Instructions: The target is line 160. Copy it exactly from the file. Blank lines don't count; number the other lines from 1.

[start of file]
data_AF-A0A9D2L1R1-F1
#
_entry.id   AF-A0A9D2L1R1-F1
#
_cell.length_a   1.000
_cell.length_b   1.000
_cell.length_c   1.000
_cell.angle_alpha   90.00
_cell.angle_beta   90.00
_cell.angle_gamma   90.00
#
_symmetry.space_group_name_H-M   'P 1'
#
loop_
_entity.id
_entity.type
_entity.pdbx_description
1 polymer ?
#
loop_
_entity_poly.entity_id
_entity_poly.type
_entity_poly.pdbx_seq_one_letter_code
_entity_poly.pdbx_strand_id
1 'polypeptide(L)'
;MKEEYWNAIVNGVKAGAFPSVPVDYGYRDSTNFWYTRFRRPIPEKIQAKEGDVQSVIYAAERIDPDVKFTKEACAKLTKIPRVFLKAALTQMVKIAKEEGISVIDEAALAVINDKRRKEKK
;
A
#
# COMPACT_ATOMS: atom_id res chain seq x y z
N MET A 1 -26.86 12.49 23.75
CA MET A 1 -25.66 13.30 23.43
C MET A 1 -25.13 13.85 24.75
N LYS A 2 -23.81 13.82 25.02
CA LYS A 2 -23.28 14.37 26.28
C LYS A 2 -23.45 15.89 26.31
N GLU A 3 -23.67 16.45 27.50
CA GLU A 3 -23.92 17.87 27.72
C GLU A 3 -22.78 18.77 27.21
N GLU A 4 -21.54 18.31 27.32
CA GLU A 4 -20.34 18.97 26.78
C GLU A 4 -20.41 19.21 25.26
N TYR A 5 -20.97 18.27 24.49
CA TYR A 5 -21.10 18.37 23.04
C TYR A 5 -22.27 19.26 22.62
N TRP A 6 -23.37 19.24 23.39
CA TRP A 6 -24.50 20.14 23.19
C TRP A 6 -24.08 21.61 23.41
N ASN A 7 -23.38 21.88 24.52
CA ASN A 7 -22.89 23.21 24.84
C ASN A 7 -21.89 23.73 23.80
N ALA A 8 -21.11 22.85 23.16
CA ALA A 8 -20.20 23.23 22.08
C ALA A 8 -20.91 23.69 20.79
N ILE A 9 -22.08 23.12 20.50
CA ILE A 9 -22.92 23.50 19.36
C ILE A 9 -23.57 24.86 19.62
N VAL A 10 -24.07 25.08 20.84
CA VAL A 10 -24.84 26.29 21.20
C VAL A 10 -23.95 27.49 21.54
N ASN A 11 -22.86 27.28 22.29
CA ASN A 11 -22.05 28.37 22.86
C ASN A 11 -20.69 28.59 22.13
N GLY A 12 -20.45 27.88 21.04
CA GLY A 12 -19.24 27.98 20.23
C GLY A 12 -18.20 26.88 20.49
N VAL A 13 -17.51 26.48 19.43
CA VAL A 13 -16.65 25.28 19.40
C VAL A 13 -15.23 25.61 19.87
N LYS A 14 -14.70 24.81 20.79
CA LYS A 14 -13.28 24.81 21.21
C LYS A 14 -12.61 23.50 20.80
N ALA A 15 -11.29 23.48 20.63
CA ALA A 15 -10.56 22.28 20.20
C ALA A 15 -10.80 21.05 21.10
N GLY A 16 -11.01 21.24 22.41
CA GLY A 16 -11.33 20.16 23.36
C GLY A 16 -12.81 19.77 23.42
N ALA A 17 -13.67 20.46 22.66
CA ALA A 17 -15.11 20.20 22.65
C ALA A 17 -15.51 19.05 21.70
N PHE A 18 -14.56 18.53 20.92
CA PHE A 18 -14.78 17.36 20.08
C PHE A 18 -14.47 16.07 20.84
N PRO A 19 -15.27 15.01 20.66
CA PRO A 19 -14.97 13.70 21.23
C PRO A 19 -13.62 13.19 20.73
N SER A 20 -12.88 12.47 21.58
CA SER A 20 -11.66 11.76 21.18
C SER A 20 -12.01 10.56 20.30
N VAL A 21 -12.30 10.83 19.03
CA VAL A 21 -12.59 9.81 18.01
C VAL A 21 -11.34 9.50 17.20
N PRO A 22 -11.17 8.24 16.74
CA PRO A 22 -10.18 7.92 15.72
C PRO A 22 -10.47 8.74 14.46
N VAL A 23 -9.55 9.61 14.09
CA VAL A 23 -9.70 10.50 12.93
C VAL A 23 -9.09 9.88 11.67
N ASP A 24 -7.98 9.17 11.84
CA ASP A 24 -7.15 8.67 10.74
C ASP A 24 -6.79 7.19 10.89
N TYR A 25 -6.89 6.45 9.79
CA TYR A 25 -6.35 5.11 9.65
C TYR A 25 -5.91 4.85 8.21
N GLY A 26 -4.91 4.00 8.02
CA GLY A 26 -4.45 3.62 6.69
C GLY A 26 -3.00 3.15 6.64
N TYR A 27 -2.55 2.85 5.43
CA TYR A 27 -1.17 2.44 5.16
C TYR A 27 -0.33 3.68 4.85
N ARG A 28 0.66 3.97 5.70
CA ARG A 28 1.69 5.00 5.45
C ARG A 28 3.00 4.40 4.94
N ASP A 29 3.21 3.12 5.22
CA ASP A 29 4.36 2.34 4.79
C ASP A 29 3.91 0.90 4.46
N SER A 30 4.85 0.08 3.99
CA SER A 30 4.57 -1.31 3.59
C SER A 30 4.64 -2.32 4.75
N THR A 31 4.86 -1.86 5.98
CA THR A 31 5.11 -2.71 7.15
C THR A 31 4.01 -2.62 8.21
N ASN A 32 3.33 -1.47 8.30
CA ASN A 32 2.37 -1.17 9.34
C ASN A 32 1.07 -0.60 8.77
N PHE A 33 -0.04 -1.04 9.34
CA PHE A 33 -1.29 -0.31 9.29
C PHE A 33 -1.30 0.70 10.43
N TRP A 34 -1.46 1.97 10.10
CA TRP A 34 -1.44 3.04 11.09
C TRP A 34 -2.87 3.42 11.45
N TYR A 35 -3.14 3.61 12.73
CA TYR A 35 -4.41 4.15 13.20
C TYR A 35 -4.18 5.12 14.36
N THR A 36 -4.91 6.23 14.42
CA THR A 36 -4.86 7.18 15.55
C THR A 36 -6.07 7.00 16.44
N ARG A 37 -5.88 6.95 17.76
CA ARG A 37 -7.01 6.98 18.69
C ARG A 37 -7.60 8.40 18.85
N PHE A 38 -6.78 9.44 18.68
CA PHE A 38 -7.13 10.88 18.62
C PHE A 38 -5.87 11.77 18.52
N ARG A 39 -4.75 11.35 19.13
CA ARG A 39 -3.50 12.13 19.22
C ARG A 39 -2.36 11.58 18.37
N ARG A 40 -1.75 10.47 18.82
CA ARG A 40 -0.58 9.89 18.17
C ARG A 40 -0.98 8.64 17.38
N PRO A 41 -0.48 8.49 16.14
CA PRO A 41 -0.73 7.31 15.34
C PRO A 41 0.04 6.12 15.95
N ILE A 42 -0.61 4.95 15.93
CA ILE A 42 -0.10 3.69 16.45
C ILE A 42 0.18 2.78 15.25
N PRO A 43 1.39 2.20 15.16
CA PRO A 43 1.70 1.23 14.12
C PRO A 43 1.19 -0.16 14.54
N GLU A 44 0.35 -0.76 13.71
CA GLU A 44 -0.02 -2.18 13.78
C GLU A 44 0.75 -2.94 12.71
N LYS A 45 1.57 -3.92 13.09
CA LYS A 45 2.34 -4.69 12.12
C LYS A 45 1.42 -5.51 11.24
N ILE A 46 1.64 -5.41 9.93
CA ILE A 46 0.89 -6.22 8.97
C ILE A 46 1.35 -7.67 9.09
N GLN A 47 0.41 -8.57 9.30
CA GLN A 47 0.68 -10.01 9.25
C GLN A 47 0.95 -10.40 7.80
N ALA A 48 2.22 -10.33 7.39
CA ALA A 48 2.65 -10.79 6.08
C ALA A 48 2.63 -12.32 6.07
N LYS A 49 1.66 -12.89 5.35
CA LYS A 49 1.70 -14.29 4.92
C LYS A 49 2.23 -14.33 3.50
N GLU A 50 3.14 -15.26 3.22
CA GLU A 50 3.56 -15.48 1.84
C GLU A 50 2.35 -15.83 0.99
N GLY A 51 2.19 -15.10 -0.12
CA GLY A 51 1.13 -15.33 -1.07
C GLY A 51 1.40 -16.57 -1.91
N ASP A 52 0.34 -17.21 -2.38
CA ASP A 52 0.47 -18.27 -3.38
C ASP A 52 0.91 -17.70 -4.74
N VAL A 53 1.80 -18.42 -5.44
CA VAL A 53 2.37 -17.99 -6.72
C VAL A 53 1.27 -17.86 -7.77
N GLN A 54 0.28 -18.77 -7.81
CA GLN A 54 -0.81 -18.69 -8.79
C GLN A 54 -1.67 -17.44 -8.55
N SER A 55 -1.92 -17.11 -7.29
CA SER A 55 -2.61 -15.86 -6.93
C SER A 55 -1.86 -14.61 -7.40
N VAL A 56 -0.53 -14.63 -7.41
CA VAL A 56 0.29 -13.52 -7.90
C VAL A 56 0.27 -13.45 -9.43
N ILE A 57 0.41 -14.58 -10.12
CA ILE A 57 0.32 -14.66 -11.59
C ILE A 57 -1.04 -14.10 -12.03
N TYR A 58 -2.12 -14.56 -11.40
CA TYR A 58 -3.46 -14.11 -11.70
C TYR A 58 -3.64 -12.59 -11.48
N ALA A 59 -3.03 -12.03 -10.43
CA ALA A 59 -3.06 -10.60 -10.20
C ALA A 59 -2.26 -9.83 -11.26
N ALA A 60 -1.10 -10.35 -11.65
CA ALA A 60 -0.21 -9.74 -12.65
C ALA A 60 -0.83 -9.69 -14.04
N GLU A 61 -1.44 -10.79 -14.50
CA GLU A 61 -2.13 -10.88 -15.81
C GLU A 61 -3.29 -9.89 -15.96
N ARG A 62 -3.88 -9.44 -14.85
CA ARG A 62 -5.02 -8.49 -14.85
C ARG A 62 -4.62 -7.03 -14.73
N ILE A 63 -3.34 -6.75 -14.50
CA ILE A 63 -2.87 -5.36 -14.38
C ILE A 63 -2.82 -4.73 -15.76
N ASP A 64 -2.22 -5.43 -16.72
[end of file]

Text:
N GLU A 44 0.35 -0.76 13.71